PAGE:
Final word – both are great projectors, you really can't go wrong.
Note: we have no connection to EPSON, CASIO, or any of the vendors links I provide above. If you're going to buy a projector, search around for the best deals. The review components of this write-up are not intended to be comprehensive, I am simply sharing my observations after experimenting with several projectors.
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Notes on Building a Monopod/Tripod for the Touchtable: My favorite mono/tripod set up is now: 1. Rocektfish RF-MONO70C -- carbon fiber light and sturdy, attachments at head are most versatile. If you mount the camera mount plate onto your projector, attaching the projector to the tripod becomes really easy. 2. SUNPAK 9002TM -- short enough to fit in a carry on suitcase, sturdy enough to hold the monopod.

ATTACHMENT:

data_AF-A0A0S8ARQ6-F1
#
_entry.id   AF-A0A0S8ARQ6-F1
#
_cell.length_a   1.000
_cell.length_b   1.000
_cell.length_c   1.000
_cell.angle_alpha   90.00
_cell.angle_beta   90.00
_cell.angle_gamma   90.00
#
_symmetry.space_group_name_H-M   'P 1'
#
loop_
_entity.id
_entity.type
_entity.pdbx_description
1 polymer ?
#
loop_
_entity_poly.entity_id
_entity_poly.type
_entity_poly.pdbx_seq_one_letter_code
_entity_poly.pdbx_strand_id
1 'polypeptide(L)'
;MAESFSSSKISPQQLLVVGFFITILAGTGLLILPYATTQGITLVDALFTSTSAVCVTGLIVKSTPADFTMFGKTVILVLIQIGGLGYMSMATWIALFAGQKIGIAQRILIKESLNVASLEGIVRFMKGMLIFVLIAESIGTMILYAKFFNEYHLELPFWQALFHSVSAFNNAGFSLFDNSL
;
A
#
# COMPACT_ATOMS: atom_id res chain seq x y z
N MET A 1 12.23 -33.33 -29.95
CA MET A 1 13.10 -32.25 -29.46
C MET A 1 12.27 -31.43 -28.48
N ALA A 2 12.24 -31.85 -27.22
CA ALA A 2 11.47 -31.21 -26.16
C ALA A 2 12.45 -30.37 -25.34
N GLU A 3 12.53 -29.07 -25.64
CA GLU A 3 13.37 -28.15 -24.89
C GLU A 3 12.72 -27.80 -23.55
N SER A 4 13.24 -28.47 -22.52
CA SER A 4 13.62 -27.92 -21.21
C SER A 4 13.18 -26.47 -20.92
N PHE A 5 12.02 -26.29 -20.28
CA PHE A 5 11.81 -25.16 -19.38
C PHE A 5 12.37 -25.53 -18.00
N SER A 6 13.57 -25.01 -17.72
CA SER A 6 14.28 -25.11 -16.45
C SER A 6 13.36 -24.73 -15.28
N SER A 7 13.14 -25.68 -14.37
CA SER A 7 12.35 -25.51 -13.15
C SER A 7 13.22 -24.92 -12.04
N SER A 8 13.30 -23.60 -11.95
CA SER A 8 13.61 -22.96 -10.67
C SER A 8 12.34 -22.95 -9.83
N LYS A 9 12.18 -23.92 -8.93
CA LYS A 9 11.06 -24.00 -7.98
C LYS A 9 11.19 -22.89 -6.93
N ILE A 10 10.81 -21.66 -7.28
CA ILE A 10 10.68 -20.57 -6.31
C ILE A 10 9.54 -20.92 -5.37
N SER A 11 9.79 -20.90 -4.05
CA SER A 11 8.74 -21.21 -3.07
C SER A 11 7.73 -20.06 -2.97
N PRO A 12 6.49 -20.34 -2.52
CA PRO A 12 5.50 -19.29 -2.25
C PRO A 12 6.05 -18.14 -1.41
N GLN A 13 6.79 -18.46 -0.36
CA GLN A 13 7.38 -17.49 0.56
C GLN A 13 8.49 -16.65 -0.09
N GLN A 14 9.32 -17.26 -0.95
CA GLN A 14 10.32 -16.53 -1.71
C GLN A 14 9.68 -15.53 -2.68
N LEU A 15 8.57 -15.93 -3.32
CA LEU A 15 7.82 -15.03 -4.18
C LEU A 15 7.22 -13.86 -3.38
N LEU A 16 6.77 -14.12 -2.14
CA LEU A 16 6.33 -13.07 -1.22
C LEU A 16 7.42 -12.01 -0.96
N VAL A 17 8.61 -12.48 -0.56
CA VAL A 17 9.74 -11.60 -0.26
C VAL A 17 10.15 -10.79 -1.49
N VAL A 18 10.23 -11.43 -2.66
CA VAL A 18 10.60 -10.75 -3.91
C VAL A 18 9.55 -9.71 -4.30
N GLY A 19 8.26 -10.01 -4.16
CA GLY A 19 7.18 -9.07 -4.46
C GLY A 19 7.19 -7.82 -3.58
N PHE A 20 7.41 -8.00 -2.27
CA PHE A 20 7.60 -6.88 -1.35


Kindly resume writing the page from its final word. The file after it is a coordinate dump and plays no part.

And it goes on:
How to adapt for holding projector: 1. Cut a 4 inch portion of the 9002TM monopod tube with a copper pipe cutter, 2. Shave off enough of the rubber tip of the monopod for the pipe to fit over the end 3. Stuff epoxy puddy into the pipe around the monopod rod so that pipe is securely attached to the monopod.
Note: we have no connection to Rocketfish, SUNPAK, or any of the vendors links I provide above. If you're going to buy any of these products, search around for the best deals.
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Wanted to make sure folks also saw this posting by John Jacobs with the Texas Sea Grant and the Texas Coastal Watershed Program describing their experiences with the touchtable and the development of a scenario planning application focusing on coastal communities (CHARM). I like the name they choose, weTable!